Content Warning: Photos of a deceased infant.
Aside from your heart spontaneously combusting, there are a lot of other unpleasant things to do when your baby dies. As with any death planning, it’s gut wrenchingly awful and each step feels like twisting the dagger in deeper and deeper. In the North American customs that I’m used to, there are very little conventions to follow and lots of whispered stigmas around child deaths (rightly so, as they are the most sad). So that makes trying to find ways to honour your child’s existence very difficult. As my daughter never got to have a life, I wanted her death to be an expression of all the things I had hoped for her. I wanted to remember her with joy as well as sadness. I wanted my son and I to have some experiences with her. These are some suggestions that helped me, and maybe they’ll help you or someone you know.
Have a baby funeral
When my baby was still born at 39.5 weeks, I knew I wanted to have a funeral. I didn’t know then, that a lot of people don’t have funerals for their babies, but I can imagine why you might not want to. I had spent the whole year making up her stroller kit and researching skateboard attachments for my daughter. Talking about how Rook and he would roll to school and we’d drop her off and roll him back at the end of the day. How we’d all go to the park, and throw snacks to the ducks on the lake. It was a vividly pictured story that I told us both over and over with great excitement. As our baby was in a surrogate in another State, we had lots to imagine together.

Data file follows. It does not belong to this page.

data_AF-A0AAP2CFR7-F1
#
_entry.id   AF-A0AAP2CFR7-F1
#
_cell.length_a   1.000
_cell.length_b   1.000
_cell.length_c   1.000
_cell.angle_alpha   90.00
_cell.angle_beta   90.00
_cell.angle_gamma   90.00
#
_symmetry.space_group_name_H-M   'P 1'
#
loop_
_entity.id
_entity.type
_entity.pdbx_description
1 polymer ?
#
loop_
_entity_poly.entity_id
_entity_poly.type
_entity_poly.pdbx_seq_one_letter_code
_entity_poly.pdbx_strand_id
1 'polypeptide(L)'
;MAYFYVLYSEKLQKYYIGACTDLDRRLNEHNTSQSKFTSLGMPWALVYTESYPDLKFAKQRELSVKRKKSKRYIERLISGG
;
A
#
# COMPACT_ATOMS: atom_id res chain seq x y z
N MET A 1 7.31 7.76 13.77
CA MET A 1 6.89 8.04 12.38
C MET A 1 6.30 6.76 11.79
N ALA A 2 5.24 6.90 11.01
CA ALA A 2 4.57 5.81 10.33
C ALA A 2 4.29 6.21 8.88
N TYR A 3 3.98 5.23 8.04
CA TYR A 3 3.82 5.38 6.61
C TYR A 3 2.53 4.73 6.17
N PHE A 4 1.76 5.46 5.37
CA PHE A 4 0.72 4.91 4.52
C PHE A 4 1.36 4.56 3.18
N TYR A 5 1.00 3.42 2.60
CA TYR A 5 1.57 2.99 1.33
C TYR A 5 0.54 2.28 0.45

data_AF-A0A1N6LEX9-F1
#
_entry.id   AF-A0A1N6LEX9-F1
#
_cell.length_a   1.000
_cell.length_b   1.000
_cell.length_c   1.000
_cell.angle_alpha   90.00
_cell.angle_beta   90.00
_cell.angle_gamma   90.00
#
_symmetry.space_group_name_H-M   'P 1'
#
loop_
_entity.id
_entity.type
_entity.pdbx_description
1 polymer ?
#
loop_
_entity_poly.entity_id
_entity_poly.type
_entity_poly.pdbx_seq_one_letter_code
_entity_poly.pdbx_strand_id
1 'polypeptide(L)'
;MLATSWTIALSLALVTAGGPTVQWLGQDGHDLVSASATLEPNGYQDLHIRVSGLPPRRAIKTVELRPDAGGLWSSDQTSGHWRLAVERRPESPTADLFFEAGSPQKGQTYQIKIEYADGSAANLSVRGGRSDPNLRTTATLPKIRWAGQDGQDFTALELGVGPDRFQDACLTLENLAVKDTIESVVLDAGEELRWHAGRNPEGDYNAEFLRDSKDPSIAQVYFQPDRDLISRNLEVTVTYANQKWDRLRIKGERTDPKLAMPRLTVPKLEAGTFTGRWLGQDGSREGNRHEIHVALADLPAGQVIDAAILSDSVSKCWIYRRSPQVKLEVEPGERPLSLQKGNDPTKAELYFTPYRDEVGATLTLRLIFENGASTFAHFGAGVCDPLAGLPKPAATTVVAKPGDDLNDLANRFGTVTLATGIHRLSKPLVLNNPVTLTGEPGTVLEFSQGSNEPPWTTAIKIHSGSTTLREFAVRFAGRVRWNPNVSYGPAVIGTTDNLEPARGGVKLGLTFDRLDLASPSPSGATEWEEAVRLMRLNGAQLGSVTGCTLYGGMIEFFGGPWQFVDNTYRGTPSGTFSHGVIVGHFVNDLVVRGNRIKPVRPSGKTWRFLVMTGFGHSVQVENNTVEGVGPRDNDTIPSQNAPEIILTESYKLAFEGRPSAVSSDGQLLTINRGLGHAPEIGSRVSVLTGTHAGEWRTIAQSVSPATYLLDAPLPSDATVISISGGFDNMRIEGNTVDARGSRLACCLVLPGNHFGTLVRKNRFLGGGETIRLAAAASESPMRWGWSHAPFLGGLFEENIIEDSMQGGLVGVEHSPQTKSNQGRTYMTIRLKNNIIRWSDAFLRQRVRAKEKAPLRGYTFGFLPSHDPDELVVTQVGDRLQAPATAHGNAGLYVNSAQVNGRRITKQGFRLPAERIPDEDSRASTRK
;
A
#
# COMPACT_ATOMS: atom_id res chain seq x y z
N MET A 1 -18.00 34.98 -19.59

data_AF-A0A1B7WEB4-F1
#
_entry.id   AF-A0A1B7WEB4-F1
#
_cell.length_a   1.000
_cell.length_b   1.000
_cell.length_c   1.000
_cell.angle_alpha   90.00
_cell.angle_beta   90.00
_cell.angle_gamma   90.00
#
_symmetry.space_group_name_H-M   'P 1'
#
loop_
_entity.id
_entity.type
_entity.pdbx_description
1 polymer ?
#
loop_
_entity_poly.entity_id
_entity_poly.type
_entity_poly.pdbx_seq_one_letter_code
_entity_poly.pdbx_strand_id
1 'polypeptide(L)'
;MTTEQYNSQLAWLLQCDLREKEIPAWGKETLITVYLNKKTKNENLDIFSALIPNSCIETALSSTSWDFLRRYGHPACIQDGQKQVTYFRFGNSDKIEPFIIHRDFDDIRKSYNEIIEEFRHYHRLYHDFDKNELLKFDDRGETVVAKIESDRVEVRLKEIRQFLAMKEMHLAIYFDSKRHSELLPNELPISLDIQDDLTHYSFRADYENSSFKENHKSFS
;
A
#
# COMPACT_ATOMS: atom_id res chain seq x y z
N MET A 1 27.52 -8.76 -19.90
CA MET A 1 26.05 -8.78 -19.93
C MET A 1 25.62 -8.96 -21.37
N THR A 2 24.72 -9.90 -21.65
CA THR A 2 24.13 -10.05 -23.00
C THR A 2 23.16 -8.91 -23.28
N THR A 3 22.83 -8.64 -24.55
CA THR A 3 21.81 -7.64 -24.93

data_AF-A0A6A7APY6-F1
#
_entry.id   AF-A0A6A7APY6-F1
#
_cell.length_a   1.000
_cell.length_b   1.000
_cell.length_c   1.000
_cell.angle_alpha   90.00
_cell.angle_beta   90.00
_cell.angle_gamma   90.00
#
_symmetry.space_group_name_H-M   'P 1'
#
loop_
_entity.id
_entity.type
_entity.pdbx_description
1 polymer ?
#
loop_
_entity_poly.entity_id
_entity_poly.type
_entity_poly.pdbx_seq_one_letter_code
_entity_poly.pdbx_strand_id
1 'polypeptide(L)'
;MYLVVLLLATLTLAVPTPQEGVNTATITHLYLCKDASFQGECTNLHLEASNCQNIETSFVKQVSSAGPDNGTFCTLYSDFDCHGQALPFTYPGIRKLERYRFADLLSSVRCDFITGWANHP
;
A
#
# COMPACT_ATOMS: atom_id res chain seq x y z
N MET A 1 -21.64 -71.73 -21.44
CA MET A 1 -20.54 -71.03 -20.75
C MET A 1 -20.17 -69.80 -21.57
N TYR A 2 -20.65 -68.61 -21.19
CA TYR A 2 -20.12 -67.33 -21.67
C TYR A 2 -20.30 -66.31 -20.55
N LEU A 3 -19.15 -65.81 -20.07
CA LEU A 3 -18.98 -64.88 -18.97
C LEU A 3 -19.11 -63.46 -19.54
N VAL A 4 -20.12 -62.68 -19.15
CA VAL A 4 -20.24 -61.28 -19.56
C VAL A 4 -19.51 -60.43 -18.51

Planning things makes me feel better. Planning nice things for my daughter makes me feel immeasurably better. So I planned a stroller parade from the house to the lake with all our baby owning friends and their kids, Rook and my daughter at the top of the line. Everyone was asked to wear bright colours and the kids all had faery wings and bubbles. A friend played guitar and sang as we paraded down the street.
I had created a eulogy about Rook’s likes and dislikes based on stories about my surrogate’s pregnancy. Her husband and daughters all told me about different foods she couldn’t eat (eggs were top — and my daughter and I found out we are intolerant to eggs recently) and the ones she loved (melons). How she was not a morning person, but liked to kick all night. My then-partner created a sci-fi tale of how her DNA gets found in space and she starts a rebellion uprising, which seemed on brand for our combined personalities.
Then we lit environmentally safe candles in biodegradable floating lanterns and set them on the lake while people thought about their wishes for Rook. We all sang you are my sunshine to her as her sole lullaby. Then head back to the house for drinking, Irish wake style. I had photos of myself, my then-partner and my daughter as infants on poster boards next to Rook, so people could imagine what she would have looked like.
Bring your baby home